A. Cable Span: As mentioned earlier, the total length of the travel cable should be limited to 1,000 ft. with an auger dredge for weight and positioning purposes.  Keep in mind the longer the travel cable the more wind can impact the straightness of the cut.  The MudCat 4-point anchor system allows for up to 65 ft. of lateral movement before the anchors must be repositioned.  Once all the cuts have been made for the current anchor position, you need to leapfrog the furthest anchor point (from front and rear) right or left anchors as needed to continue to cut across the pond and re-install them in the next position to get ready for the next set of cuts.  Additionally, it is important to note that there is a significant bank height at the edge of the pond as there may be some additional requirements for proper cable drive set-up.

B. Models: Cable drive is standard on all MudCat E-Series and D-Series models.  

C. Alternative Anchor Points: There are cases where using the stakes and anchor plates is not possible or there are just other alternatives.  In this discussion we will review these other options: 

1. Cement Blocks: Cement blocks can be poured locally into a square form with a reinforced center anchor point.  This inexpensive and easy solution allows an anchor point to be set in place of the standard anchor plates due to loose soil or gravel that will not hold the anchor plates in place.

 

2. Jersey Barriers: Another option is 10 ft. long Jersey barriers.  They are approximately 4,000 lbs. each and when laid on their side, or slightly dug in, can be an effective anchor point.

3. Tractors / Excavators / Skid Steers: If available then just hook up the travel cable to an appropriately sized tractor, excavator, or skid steer on one side of the pond and then on the other.  After each cut move forward in parallel and you have eliminated the need to reset the anchor plates.  Make sure to follow appropriate safety practices when anchoring to equipment (choking, brakes, load rating, etc.).  Also, make sure that any lateral movement is done at very slow speeds and while monitoring the dredge and cable for any snags or obstacles.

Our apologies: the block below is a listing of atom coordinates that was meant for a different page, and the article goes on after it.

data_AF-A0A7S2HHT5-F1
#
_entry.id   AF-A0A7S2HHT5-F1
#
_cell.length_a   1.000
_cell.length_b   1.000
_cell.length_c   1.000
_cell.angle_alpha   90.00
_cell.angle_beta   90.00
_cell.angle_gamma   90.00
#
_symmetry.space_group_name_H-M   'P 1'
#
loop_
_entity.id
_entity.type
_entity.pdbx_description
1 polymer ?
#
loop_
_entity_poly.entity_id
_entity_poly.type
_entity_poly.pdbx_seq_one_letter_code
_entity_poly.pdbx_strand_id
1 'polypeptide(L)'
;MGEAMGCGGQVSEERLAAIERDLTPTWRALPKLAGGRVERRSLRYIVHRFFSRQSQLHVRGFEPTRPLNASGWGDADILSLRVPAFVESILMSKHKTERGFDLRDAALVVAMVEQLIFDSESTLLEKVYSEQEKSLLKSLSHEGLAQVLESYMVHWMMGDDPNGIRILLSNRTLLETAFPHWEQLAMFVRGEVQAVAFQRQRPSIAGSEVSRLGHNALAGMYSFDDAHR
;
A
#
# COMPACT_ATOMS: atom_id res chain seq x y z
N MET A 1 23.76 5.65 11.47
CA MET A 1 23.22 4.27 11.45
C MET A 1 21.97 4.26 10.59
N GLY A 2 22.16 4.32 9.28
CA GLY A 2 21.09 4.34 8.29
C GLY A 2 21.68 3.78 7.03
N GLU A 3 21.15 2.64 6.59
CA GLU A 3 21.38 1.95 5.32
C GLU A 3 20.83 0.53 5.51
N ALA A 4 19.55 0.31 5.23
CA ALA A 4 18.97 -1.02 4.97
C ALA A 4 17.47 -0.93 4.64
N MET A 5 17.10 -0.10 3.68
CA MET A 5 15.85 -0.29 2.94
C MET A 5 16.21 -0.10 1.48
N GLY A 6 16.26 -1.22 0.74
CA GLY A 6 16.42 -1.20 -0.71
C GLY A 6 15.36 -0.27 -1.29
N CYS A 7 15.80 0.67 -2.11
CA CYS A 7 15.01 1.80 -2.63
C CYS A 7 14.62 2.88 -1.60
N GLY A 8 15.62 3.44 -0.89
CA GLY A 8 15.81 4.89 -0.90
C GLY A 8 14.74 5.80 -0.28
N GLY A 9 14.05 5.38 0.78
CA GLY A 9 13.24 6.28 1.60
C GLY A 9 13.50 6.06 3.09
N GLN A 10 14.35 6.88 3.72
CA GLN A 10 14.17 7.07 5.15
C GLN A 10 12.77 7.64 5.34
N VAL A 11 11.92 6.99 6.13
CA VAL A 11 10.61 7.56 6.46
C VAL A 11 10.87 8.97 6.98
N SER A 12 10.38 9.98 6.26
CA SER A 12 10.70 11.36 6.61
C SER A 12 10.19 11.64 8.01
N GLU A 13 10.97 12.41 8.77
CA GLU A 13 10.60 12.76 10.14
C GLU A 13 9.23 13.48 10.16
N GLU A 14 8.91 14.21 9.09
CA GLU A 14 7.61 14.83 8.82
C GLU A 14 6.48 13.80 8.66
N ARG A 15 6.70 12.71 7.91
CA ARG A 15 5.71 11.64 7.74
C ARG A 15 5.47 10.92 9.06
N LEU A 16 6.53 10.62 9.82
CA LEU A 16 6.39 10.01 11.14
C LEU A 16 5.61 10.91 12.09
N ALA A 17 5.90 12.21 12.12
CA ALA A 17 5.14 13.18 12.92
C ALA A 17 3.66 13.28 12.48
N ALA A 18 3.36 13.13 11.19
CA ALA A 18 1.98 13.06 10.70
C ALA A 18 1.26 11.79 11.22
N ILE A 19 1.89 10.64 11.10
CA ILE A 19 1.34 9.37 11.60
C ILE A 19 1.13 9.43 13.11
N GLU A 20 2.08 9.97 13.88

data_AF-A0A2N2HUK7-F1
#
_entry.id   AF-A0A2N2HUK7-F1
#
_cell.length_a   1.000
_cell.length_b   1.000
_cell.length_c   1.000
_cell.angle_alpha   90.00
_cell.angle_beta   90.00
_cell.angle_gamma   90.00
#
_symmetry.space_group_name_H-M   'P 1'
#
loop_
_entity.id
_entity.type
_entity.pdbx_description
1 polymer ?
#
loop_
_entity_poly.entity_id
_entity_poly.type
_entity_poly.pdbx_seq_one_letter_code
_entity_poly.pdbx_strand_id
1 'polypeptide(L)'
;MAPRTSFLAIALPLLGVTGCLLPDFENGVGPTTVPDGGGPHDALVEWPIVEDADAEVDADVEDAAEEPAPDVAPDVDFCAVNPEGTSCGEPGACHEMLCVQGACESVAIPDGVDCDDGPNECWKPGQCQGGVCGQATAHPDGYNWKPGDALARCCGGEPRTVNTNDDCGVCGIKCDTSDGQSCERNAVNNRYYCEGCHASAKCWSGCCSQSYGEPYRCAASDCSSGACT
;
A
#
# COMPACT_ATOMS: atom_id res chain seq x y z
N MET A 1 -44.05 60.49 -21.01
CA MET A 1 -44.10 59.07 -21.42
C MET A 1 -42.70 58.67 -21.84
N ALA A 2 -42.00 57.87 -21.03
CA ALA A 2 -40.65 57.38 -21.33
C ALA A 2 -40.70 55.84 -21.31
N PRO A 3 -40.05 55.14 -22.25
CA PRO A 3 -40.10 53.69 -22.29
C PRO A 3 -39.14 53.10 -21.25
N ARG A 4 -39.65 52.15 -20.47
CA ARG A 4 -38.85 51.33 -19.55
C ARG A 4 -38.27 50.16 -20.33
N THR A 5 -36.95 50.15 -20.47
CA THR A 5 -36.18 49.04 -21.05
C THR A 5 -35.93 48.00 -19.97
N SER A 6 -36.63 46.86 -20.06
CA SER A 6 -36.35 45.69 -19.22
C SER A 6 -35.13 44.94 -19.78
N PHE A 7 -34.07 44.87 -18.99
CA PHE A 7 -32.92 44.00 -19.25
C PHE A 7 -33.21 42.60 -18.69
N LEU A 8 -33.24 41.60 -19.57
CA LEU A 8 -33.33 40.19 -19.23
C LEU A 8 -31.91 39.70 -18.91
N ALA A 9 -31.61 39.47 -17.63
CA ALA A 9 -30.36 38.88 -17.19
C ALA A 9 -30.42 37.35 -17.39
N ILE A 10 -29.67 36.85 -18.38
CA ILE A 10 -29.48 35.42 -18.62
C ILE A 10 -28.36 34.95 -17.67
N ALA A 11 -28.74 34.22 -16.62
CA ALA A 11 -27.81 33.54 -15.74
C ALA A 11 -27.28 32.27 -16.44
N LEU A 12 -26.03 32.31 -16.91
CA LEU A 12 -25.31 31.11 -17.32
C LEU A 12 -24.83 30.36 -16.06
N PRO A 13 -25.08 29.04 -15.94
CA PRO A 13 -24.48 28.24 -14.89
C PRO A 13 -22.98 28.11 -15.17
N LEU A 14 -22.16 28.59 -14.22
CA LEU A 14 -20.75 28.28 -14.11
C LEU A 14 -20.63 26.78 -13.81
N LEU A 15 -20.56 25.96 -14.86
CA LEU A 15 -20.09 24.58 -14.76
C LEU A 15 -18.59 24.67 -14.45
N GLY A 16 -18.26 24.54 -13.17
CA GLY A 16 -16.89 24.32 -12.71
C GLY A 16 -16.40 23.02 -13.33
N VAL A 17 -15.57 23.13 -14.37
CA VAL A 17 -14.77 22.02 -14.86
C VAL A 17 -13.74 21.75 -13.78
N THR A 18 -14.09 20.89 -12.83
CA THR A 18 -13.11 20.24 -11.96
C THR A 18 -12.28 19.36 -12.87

4. Trees or Pilings: If you are working on a lake or in a marina then chances are there will be trees or pilings.  Simply use heavy duty industrial nylon straps positioned as low as possible instead of anchor plates.

5. Buried Cement Blocks w/ Eyelet: When soil is too loose for standard 4-stake anchor plates then buried cement blocks are a good alternative.  Set your eyelet and post in your concrete form.

6. Permanent Posts: If you are working in the same pond or lagoon on a regular basis or for annual maintenance, then installing permanent posts is a great way to reduce labor costs and increase efficiency.  Space the posts up to 65 ft. apart (19.8m).  Simply leapfrog the come along and anchor hook-up to the next post and you are on to the next set of cuts.

7. Drop Down Anchors: When working with high seawalls, canal walls, lagoon walls or seawater intake walls, drop down anchors with pullies can be utilized.  The primary anchor is bolted to the top of the wall while the drop down anchor pully is located further down the wall to create a suitable connection point that is not too high for the traverse / travel line to connect to.

8. Heavy Duty Work Truck Lateral Movement Points: Work trucks can be used in pairs or in combination with a standard anchor point.  This allows for quicker anchor resetting.  Make sure to follow appropriate safety practices when anchoring to a vehicle (choking, brakes, load rating, etc.)  Make sure that any lateral movement is done at very slow speeds and while monitoring the dredge and cable for any snags or obstacles.